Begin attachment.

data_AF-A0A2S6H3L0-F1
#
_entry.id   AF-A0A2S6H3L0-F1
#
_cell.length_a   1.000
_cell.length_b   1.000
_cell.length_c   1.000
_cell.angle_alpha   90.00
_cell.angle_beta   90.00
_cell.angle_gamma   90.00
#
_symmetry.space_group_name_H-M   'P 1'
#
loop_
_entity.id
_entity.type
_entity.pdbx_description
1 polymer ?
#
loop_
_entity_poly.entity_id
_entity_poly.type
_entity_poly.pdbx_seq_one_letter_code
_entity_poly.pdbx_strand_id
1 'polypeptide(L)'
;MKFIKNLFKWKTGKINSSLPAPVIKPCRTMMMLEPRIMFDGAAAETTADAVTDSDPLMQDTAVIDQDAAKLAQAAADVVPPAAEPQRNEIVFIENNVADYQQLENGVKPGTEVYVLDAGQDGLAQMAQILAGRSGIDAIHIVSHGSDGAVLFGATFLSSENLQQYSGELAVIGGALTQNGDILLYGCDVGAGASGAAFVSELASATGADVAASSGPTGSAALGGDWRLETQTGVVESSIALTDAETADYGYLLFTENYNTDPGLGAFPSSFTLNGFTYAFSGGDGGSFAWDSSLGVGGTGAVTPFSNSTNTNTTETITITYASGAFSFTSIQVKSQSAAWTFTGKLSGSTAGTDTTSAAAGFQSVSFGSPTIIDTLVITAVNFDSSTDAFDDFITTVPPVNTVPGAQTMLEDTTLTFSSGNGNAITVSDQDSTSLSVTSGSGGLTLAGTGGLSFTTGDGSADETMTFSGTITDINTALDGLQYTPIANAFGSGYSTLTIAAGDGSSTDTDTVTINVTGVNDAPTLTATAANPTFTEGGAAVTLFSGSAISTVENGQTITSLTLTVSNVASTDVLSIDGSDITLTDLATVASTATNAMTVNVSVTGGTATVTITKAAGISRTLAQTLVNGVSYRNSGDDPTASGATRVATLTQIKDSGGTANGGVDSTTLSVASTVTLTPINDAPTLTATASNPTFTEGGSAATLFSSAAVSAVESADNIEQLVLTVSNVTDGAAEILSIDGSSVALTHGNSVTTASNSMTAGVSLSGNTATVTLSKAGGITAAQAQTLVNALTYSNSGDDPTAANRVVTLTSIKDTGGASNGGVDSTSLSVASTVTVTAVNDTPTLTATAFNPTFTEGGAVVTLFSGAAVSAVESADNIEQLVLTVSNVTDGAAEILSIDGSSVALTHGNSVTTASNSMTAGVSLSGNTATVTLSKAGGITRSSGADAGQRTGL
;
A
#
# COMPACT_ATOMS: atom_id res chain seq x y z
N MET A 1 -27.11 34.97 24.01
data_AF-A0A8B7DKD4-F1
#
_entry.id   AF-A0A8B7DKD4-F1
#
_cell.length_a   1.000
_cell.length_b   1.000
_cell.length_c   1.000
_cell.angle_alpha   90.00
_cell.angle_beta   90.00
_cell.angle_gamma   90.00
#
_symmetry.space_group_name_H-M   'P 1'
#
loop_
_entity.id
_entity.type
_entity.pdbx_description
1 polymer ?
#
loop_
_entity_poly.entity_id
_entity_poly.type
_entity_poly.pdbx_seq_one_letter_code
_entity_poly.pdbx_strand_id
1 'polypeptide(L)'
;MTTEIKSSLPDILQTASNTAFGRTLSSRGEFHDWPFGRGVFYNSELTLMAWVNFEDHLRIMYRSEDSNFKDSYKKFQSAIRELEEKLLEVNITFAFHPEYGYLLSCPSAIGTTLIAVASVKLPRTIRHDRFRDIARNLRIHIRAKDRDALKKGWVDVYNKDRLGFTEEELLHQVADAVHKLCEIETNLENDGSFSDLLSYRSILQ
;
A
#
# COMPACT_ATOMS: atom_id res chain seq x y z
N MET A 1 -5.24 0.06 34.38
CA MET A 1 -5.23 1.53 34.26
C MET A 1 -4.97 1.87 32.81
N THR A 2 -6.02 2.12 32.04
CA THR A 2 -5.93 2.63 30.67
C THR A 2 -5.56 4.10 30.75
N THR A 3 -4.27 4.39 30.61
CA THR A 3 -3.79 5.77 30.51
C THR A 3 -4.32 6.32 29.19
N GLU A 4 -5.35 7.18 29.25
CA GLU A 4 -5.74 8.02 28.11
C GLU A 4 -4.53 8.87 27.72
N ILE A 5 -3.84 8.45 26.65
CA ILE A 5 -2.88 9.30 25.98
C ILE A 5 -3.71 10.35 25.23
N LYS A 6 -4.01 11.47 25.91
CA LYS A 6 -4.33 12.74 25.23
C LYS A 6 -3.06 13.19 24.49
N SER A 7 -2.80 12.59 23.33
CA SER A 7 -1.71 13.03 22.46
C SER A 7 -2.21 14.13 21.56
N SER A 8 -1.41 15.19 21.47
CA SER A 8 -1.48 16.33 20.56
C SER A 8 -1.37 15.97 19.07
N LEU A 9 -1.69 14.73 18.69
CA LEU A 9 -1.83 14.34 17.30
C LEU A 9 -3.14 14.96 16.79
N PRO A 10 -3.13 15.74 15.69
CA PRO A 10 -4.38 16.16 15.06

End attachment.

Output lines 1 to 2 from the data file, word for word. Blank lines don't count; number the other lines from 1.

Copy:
data_AF-A0A2S6H3L0-F1
#